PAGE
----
Awareness, Life Style, Plastic

A deeper look at Plastic and #PlasticFreeJuly

The goal of this blog, as you know, is to make our lives simpler and healthier. Since we share this Planet and our lives with other beings, it is crucial to contribute for a healthy environment therefore we can all find harmony.

Today is a very important day. Not only because it is the blog’s first day (Yey) but also because it is the day 1 of a challenge I see as very important to our planet – “Choose to Refuse”

This challenge was created by Plastic Free July Foundation and its main goal is to teach us how to improve our surroundings and be more aware of our impact on Earth.

Plastic Free July is a not-for-profit charitable Foundation encourage people around the world to refuse plastic for the whole month of July. As stated in their website “by encouraging people to be more aware of their plastic use, we can create a cleaner world for generations to come.”

If you just arrive to this world and you have no idea what is going on, you might be asking: why should we reduce plastic consumption? What is plastic? What is the real impact of being an active plastic consumer?

Well, let’s go for it.

Plastic’s definition is very easy to find. All we need is to hit the google button. As wikipedia inform us “plastic is material consisting of any of a wide range of synthetic or semi-synthetic organic compounds that are malleable and so can be molded into solid objects.”

Plastics are derived from natural gas, oil, coal, minerals and plants. It started to be an alternative to materials such as ivory and tortoise shell in the 1800’s

The first synthetic plastics came from cellulose, which we can find in plants and trees. By heating Cellulose and chemicals, we get as result a material that is highly durable.

The raw materials for today’s plastics come from many places, but most plastics can be made from the hydrocarbons (available in natural gas, coal and oil).

 There are 7 different types of plastics:

1 – Polyethylene Terephthalate (PET)

2 – High Density Polyethylene (HDPE)

3 -Polyvinyl Chloride (PVC)

4 – Low Density Polyethylene (LDPE)

5 – Polypropylene (PP)

6 – Polystyrene (PS)

7 – Other.

Because plastic can be easily molded, it is the easiest and cheapest option for anything. As result it is present in our daily lives more than we should allow. We consume it as dispensable items, bags, food containers, car pieces, toys, accessories… We find it everywhere!

The problem is: We have spent the last decades using it so much that we overload our planet with plastic. Plastic is also considered indestructible. And that’s another problem.

“In the last decade we have made more plastic than the century before that (…) Half of those plastics products are considered disposable. But think about it. How can a disposable product be made of a material that is indestructible. Where does it go?” (Tanya Streeter at TedxAustin).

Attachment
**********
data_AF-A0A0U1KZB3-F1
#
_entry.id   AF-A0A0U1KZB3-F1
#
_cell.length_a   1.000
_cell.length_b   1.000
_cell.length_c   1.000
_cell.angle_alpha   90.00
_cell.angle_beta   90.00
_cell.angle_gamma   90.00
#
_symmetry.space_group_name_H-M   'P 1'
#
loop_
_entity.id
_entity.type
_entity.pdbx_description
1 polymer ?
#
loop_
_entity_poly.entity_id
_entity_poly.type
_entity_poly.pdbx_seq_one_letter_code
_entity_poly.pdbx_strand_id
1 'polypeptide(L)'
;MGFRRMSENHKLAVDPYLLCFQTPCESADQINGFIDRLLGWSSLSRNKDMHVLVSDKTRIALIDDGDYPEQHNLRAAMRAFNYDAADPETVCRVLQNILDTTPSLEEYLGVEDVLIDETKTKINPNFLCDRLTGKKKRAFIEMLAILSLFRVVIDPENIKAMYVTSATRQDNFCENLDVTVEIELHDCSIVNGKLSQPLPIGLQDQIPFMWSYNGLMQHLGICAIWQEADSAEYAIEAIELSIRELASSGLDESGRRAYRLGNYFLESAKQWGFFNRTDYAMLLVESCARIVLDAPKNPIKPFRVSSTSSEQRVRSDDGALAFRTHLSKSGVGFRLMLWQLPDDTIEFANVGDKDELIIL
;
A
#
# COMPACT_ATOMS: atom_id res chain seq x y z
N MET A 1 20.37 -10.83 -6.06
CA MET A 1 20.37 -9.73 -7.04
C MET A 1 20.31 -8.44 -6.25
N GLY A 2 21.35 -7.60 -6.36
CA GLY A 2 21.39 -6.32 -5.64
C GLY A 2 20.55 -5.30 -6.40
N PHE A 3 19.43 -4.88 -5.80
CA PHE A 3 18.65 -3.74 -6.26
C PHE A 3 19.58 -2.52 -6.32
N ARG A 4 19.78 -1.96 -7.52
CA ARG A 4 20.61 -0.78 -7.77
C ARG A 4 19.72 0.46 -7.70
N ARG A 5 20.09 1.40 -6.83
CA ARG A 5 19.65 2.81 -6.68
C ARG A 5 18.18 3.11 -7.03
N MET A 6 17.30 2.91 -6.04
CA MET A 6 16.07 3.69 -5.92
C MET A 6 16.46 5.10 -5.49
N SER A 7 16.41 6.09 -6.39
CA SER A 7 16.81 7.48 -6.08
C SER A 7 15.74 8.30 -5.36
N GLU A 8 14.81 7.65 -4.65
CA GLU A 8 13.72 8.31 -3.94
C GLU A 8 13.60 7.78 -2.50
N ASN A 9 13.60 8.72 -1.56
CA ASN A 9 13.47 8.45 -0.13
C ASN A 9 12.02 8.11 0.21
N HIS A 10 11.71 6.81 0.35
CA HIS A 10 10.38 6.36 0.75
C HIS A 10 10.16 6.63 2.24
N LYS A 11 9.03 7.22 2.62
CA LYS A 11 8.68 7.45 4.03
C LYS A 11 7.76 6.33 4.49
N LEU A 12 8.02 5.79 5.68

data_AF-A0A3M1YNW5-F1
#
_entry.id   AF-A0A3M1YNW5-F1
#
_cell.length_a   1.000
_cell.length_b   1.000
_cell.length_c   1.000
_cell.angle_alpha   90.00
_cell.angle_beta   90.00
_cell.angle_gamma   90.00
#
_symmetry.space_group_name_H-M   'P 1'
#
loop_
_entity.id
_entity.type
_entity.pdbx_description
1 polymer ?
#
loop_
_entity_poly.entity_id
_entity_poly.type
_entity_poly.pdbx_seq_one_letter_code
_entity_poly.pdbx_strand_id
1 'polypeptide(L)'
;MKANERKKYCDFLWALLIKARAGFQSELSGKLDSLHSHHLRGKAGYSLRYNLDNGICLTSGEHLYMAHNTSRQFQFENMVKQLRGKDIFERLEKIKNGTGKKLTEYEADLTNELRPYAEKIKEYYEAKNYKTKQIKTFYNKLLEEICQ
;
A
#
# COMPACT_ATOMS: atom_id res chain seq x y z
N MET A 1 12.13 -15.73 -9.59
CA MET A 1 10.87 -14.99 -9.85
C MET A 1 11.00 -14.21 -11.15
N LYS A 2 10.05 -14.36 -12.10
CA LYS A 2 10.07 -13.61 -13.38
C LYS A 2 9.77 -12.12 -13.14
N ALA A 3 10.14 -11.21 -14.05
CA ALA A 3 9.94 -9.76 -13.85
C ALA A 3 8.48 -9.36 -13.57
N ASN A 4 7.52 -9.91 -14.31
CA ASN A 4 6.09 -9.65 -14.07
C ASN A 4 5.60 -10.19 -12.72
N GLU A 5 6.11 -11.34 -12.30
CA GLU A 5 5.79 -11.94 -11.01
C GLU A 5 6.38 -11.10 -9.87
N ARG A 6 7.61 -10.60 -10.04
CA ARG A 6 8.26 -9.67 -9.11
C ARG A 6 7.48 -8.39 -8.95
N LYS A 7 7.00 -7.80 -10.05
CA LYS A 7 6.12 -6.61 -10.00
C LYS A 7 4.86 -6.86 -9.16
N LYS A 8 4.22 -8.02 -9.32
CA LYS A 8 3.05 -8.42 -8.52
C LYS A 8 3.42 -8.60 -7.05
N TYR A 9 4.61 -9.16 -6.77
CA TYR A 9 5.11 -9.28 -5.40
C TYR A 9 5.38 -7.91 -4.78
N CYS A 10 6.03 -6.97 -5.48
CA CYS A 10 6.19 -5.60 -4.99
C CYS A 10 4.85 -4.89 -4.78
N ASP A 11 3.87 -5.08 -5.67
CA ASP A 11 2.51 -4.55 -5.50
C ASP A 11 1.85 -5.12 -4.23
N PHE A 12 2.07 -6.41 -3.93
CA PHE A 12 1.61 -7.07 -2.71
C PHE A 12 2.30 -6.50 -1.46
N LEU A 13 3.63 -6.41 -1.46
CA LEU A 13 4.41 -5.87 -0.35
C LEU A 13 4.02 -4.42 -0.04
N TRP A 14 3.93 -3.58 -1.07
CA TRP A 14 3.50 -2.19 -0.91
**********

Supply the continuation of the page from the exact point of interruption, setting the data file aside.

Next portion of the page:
We are filling our world with plastic. Unfortunately only a small part of them are recycled. The rest tend to discarded in landills like in Manila (Philippines) or into the Ocean.

Well, there are some dangerous consequences on that.

In one hand, plastic that are discarded in landfills, are directly affecting people’s health. The local population are more likely to have respiratory diseases and the level of toxins in their body is extremely high.

Photo Credits: George Streinmetz for National Geographic

On the other hand, the plastic released in the sea is exposed to ultraviolet light and salt. They break it up into smaller pieces, called microplastic. Fish confuse microplastics with Plankton (main source of nutrients for aquatic organism) and consume them. The toxins present in these microplastics go straight into the fish bloodstream and migrate into their muscles and fat. And, what happen after that? We eat them.

In the end we no longer eat fish but toxins from plastic that we delibelery drop into the Ocean.

Besides that, what do you think happens to the plastic toxins when you store your food in plastic containers? 

Apart from these human-related consequences, there are thousands of fish and sea animals dying from plastic intake. Thousands of animals die everyday with their stomach full with plastic waste that we place in Nature. There’re studies estimating that by 2050 there will be more plastic on Earth than fish.

I believe that by now you understand the alarming impact and the need to act against plastic consumption.

Well, now that you know the importance of joining this challenge, let’s go forward. How you do it?

In Plastic free july website we can find A step by Step guide to join the #PlasticFreeJuly and #ChooseToRefuse challenge and support the movement.

Once you register they will send you an email with all the information you need to know. Also, in their website is possible to find alternatives to plastic packages (for example a “Make Your Own Cleaning Products” guide) to help you throughout the month and tools such as posters, campaign logos and much more in order to facilitate sharing the movement with your friends.

I encourage you to join us and contribute for a better world. In the meantime I give you an extra help to get more informed and how to start.

Here you have:

A very interesting documentary about Plastic Impacts: Plastic Ocean 

And my 5 simple ways to reduce plastic for you

Hugs,

Débora

*Para as pessoas que tenham um certo grau de dificuldade com a língua inglesa, estarei sempre à disposição para esclarer qualquer dúvida em qualquer momento deste projecto*

 

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